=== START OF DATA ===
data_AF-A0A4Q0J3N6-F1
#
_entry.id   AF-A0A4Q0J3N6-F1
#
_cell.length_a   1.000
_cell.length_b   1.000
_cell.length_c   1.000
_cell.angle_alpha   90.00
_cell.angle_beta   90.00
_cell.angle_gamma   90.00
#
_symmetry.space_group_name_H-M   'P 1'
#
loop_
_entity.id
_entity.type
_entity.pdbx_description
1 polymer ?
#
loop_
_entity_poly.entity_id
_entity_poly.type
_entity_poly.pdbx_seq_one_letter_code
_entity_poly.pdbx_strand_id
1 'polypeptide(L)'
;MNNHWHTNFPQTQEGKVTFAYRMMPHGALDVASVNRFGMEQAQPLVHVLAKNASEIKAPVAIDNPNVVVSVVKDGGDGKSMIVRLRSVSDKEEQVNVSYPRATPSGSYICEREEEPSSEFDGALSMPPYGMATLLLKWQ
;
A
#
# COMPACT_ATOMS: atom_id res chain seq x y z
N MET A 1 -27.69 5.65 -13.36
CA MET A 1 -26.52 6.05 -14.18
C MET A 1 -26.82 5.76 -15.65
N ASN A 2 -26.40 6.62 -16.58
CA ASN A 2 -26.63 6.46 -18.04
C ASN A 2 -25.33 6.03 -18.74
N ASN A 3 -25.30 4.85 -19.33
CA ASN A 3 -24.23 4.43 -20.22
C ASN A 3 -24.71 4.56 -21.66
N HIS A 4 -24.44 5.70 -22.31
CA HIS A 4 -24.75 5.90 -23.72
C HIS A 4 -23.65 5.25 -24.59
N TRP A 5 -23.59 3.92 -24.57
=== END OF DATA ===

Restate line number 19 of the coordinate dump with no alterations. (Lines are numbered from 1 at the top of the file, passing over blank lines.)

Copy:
#